Review Article

      Abstract    

        

HOME

USEFULNESS OF ANTI-EMETICS IN THE TREATMENT OF CANCER: A REVIEW

P Simon, M Jayachandran, R Vijendra, S Rao, MS Baliga, PL Palatty

 

ABSTRACT: In the treatment of cancer, nausea and vomiting are two of the most important and common toxiceffects of chemotherapy and adversely affects the patient’s quality of life and worse withdrawal from treatment. Physiologically, emesis is controlled by the vomiting centre in the medulla, that integrates afferent input from the vestibular system, the chemoreceptor trigger zone (CTZ), the cortex and the gut. Mechanistically, antiemetic mediate their action by blocking various type of receptors involved in inducing emesis and  located in different regions and various organ of the body. Some of the most important anti-emetics used in prevention of nausea and vomiting are ondansetron, granisetron, metochlopramide, aprepitant and palonosetron. In addition to this, aprepitantis also combined with dexamethasone and the 5-HT3 antagonists toenhance prevention of acute emesis. In this comprehensive review an attempt is made at summarizing on the various antiemetic agents and their usefulness in the treatment of cancer. Also emphasis is placed on the recent research on combination of antiemetic and elucidating the role of various agents used in the combinations of to mediate optimal effects.

 

KEY WORDS: chemotherapy-induced nausea and vomiting (CINV), anti-emetics, olanzapine

REFERENCES:

  1. Frame DG. Best practice management of CINV in oncology patients: I. Physiology and treatment of CINV. Multiple neurotransmitters and receptors and the need for combination therapeutic approaches. J Support Oncol 2010; 8(2 Suppl 1):5-9.

  2. Kris MG, Gralla RJ, Clark RA. Incidence, course and severity of delayed nausea and vomiting following the administration of high dose cisplatin. J ClinOncol 1985; 3:1379-1384.

  3. de Jongh FE, van Veen RN, Veltman SJ, de Wit R, van der Burg ME, van den Bent MJ et al. Weekly high-dose cisplatin is a feasible treatment option: analysis on prognostic factors for toxicity in 400 patients. Br J Cancer 2003; 88(8):1199- 1206.

  4. Kloth OD. New development and current challenges for antiemetic therapy for chemotherapy induced emesis. In:Weiner LM, ed. The cancer protocol guide, Philadelphia:Lipincott Williams and Witkins Healthcare; 2000: 6-11.

  5. Aapro MS, Grunberg SM, Manikhas GM, Olivares G, Suarez T, Tjulandin SA et al. A phase III, double-blind, randomized trial of palonosetron compared with ondansetron in preventing chemotherapy-induced nausea and vomiting following highly emetogenic chemotherapy. Annals of Oncology 2006; 17:1441–1449.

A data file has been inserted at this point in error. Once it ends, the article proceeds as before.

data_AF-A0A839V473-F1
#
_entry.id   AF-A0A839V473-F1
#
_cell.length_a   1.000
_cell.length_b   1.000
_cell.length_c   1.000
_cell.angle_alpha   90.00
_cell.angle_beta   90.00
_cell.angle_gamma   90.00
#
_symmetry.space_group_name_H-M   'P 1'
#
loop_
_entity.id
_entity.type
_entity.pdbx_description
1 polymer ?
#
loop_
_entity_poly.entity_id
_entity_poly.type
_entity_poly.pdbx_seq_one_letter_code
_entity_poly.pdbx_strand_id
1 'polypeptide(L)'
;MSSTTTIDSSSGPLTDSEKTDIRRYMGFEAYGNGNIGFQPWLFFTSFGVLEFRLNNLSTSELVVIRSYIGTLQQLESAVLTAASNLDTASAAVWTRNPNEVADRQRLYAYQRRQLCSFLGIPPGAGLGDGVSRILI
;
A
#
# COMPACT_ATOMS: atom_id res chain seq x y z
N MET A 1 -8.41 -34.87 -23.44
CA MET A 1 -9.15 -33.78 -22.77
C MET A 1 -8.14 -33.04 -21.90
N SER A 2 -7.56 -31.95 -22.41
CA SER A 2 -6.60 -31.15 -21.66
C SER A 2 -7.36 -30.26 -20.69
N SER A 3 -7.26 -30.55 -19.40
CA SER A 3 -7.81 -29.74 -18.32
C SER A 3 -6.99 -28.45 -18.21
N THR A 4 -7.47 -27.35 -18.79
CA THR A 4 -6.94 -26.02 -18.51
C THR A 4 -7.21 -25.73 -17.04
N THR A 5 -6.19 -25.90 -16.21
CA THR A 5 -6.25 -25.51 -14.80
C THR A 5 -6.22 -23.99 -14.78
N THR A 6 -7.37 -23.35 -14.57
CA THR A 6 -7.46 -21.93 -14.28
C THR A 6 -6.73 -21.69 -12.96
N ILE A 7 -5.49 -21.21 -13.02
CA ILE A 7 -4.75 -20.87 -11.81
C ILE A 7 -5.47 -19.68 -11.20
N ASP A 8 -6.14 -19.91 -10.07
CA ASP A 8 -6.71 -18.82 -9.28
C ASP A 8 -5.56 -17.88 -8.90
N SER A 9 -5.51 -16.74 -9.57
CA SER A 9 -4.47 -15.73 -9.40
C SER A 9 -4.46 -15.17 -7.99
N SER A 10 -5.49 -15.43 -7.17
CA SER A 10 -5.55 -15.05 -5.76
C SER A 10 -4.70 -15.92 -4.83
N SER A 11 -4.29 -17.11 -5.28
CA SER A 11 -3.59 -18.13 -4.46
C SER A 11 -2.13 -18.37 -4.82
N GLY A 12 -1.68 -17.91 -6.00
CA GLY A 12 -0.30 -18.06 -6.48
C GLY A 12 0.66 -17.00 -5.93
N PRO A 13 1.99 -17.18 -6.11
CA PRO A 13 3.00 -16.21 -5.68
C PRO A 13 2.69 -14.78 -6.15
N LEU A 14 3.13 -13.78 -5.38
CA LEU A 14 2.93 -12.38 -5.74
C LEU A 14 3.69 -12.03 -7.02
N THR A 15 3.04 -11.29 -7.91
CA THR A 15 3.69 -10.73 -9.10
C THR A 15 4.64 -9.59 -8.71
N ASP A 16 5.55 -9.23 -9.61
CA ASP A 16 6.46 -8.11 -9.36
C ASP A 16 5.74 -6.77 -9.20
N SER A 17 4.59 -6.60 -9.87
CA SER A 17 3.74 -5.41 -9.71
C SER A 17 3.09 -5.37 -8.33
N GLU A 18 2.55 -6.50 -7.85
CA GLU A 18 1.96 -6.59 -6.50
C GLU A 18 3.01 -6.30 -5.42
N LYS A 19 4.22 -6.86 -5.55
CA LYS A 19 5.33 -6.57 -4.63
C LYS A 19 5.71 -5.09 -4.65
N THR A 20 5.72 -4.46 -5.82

6. Abhay R. Shelke, Mustian KM, Morrow GR. The Pathophysiology Of Treatment- Related NauseaAnd Vomiting In Cancer Patients: Current Models. Indian J PhysiolPharmacol 2004; 48:256–268.

  7. Washabau RJ, Elie S. Antiemetic therapy. In: Kirk RW, BonaguraJD,eds. Kirk’s Current Veterinary Therapy XII Small Animal Practice. Philadelphia: WB Saunders;1995:679-684.

  8. Burrows CF. Vomiting and regurgitation: a clinical perspective. Lehigh, Pennsylvania. ALPO Centre;1990:18-38.

  9. Adams HR. Pharmacology and Therapeutics. 8thedition.2001

  10. Willard MD. Some new approaches to the treatment of vomiting. JAVMA 1984; 184:590.

  11. Miller AD, Leslie RA. The area postrema and vomiting. Front Neuroendocrinol 1994;15(4):301-320.

  12. Complications of vomiting-The Boerhaave and the Mallory-Weiss syndromes- Medical Staff Conference, University of California, San Francisco. West J Med 1974;121:50-54

  13. Shelke AR, Mustian KM, Morrow GR. The pathophysiology of treatment-related nausea and vomiting in cancer patients: current models. Indian J PhysiolPharmacol. 2004 Jul; 48(3):256-268.

  14. Aapro MS, Molassiotis A, Olver I. Anticipatory nausea and vomiting. Support Care Cancer 2005; 13:117–121.

  15. American Society of Clinical Oncology guideline for antiemetics in oncology: update 2006.J ClinOncol. 2006 Jun20;24(18):2932- 2947.

  16. Girish C, Manikandan S. Aprepitant: A substance P antagonist for chemotherapy induced nausea and vomiting. Indian J Cancer 2007;44:25-30.

  17. Herrstedt J, Dombernowsky P. Anti-emetic therapy in cancer chemotherapy: current status. Basic ClinPharmacolToxicol. 2007;101:143–150.

  18. HerrstedtJ.Nauseaandemesis:Stillanunsolvedproblemincancerpatients? Support Care Cancer 2002;10:85-87.

  19. Berger M, Gray JA, Roth BL. The expanded biology of serotonin. Annu Rev Med. 2009;60:355-366. 

  20. Rang, H. P. (2003). Pharmacology. Edinburgh: Churchill Livingstone. p.187.

  21. de Wit R, Aapro M, Blower PR (2005). "Is there a pharmacological basis for differences in 5-HT3-receptor antagonist efficacy in refractory patients?”. Cancer ChemotherPharmacol 56 (3):231–238.